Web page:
Caddyfile mostly working, a handful of questions

1. The problem I’m having:

Allowing internal network to access and setting up logging, as well as tweaking my Caddyfile with any recommendations.

2. Error messages and/or full log output:

No error messages.

3. Caddy version:


4. How I installed and ran Caddy:

a. System environment:

Windows 10, downloaded the Caddy exe

b. Command:

caddy run

c. Service/unit/compose file:

d. My complete Caddy config: {
    @blocked not remote_ip
    respond @blocked "Server is down" 403

    redir /jellyfin /jellyfin/

    reverse_proxy /jellyfin/*

5. My questions

  1. When running, this is intended to allow the public IP and private IP listed. It works for the external address, but not internal.

  2. Does Caddy automatically redirect http attempts? It seems like it does but I did not specify in my Caddyfile.

  3. Regarding cert generation, if the server doesn’t go down for a long time, should I expect the cert will eventually expire? Otherwise, does it make a new cert each launch?

  4. Are there any other considerations for my Caddyfile? Anything for vulnerabilities or to stop malicious attempts at connecting other than my block? I saw some post online about X-Content-Type-Options “nosniff” and X-Frame-Options “DENY”. Are there recommended additions such as these?

  5. I saw a command for tls internal in one example that I tried, but that asked me to accept a cert when I ran Caddy. Is this if I wanted to run a self signed cert?

  6. Using Windows, any ‘cleaner’ way to run Caddy on boot other than dropping a .bat file in my startup programs?

  7. What do I need to do to set up a simple log? Ideally each allow or deny.

Thank you for your assistance!

Am I unable to edit my post?

I’ve figured out #1 and #7, but would love some input on 2-6.

Thank you.

WRT #6 I suggest you use nssm.

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Hi, welcome!

Great! I could post the solutions here, but would you mind doing that so others can know for sure a solution when they search with the same questions?


Caddy keeps certs renewed regardless of when it is stopped. It won’t renew while it’s stopped, of course, but it will renew immediately upon restarting it if the cert is expiring soon or expired. And while it’s running it keeps certs renewed.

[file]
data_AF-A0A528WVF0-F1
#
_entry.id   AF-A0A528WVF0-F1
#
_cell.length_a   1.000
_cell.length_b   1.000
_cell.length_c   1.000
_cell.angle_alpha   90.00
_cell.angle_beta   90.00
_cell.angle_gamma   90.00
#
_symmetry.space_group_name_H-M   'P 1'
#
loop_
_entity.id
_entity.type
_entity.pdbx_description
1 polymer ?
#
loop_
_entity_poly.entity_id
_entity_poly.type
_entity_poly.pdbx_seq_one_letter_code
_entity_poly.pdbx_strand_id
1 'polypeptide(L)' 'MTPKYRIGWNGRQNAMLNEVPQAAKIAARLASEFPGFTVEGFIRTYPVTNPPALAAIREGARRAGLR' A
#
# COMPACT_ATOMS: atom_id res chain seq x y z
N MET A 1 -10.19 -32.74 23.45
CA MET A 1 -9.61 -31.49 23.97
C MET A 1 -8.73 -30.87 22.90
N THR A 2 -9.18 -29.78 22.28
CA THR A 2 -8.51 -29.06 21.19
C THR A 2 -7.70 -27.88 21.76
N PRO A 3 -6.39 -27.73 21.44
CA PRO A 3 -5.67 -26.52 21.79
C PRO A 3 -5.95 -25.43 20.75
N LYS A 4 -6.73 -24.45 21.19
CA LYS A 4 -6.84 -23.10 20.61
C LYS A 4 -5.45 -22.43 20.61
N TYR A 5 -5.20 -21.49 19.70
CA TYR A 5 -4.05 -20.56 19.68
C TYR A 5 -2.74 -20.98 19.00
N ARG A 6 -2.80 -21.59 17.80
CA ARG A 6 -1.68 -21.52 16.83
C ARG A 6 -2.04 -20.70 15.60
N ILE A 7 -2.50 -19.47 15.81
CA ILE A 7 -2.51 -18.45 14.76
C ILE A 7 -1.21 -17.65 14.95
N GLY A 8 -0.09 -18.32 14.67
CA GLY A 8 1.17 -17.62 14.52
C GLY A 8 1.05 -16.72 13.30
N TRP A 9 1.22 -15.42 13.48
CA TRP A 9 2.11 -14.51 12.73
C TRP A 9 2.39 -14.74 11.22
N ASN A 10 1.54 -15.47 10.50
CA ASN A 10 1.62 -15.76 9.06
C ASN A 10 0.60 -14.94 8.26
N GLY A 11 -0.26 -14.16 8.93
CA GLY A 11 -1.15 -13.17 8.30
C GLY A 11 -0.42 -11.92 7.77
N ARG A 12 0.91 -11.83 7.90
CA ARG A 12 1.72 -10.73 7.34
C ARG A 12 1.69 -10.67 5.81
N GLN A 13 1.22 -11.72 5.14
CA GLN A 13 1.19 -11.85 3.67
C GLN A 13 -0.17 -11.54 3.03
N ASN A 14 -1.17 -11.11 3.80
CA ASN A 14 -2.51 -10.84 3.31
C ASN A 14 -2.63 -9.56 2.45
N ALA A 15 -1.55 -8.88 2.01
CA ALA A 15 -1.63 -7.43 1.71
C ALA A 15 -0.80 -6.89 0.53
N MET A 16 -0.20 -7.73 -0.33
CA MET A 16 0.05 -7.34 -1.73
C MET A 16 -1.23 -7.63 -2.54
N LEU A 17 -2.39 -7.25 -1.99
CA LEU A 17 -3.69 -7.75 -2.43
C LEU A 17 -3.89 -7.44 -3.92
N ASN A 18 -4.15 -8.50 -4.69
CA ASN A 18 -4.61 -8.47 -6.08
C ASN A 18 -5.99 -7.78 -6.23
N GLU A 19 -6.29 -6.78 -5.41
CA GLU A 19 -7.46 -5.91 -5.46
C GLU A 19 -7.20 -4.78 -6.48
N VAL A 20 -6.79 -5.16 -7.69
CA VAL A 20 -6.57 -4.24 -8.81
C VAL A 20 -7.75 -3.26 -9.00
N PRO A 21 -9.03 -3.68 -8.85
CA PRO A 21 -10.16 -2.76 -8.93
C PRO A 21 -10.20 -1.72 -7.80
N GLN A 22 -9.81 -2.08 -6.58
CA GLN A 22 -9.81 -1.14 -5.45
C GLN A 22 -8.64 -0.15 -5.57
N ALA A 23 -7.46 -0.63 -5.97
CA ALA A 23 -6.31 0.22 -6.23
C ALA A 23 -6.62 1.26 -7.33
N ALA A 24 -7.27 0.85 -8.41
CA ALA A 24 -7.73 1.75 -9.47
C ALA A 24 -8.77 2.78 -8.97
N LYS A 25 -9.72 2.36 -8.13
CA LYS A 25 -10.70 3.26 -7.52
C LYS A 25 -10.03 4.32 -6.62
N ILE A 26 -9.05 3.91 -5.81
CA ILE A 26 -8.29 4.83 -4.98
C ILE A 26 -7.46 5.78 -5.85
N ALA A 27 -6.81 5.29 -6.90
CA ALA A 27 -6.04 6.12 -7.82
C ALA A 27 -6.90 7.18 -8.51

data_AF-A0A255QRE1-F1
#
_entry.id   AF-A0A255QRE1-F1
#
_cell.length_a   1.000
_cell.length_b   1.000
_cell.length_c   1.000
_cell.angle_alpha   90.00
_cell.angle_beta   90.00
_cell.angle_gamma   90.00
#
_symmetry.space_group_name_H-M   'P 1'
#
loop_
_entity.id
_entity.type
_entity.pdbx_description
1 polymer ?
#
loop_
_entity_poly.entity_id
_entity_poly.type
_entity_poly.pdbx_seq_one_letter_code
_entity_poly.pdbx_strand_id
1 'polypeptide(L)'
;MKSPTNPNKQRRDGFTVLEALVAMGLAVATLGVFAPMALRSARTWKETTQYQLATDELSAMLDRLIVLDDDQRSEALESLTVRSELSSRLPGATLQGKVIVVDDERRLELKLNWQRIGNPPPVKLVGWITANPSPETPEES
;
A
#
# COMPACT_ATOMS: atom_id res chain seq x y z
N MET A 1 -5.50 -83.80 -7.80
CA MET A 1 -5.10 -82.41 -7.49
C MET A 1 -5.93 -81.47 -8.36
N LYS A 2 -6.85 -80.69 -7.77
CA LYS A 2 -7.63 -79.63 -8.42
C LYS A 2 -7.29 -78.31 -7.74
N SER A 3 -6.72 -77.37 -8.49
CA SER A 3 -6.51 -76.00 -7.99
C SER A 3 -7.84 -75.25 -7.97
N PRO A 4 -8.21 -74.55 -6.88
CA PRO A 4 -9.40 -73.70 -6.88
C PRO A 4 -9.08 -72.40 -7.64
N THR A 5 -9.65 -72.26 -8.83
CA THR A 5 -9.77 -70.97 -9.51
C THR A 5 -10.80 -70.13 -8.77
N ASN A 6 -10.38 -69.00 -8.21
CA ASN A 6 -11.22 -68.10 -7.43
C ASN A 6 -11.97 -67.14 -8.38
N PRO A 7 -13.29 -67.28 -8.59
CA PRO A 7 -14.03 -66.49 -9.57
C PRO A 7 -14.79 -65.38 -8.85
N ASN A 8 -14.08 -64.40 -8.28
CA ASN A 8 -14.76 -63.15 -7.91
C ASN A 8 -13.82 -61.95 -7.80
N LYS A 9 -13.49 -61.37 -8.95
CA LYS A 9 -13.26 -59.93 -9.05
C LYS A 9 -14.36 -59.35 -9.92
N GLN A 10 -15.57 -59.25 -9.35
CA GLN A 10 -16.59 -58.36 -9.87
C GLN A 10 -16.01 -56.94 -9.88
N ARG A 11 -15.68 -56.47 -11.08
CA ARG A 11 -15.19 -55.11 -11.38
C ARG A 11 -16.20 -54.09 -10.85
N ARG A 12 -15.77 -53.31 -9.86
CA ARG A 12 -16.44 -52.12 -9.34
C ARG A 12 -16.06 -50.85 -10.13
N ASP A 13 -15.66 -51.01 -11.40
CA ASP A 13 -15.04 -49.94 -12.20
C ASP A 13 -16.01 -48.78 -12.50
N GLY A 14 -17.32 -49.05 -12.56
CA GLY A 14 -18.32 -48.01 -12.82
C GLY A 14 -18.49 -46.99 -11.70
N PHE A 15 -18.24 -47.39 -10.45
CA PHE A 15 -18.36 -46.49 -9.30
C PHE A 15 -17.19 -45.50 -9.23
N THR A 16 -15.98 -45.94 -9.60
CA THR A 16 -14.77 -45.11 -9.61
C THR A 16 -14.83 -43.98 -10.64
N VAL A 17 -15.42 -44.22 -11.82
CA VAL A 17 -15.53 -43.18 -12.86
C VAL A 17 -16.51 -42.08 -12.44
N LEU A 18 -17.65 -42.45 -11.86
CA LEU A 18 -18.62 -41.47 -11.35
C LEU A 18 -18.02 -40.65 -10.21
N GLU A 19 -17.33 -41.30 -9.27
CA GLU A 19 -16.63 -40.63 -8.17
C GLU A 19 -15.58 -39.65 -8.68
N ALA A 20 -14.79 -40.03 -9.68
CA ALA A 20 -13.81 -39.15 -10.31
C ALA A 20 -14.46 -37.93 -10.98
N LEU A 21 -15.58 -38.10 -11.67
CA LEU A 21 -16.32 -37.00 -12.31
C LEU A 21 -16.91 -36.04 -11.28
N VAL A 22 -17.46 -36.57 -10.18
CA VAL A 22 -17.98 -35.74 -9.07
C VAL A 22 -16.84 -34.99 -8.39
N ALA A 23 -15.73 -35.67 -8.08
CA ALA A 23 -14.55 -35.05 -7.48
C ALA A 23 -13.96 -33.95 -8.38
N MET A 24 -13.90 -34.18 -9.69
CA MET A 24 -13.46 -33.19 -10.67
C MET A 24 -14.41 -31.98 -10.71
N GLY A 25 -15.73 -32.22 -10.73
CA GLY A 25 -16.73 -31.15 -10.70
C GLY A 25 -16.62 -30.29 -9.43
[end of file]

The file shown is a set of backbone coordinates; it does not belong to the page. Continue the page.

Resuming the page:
That’s a big question, and only you or a security consultant can really answer that. Most of the security issues will be related to your backend apps and what they require or are vulnerable to. I’d recommend researching any security configuration before adding it to your Caddyfile to ensure it won’t break anything. Some configs can brick your site for a prolonged period of time.

Yes. Caddy installs its own CA into your system’s trust store(s) so you won’t get browser warnings. Caddy will use its own certs automatically for certain hostnames (like localhost or *.localhost, etc) that are obviously internal, even without needing tls internal.


Sure! The private address (#1) was actually not coming through as a private address (which I found out once I enabled logging! - #7). I was using the external URL, so traffic was going out and back in, reporting my public IP. I just added that to the allowed list and it worked.

For #7, this was what I used to enable logging to a file and the console:

log {
	output stderr
	output file caddylog.txt
	level info

Understood. Since I am only allowing trusted hosts, I was more wondering if there was anything the blocked hosts could do to bypass Caddy, or anything along those lines that I would want to track / alert on.

Thank you!!

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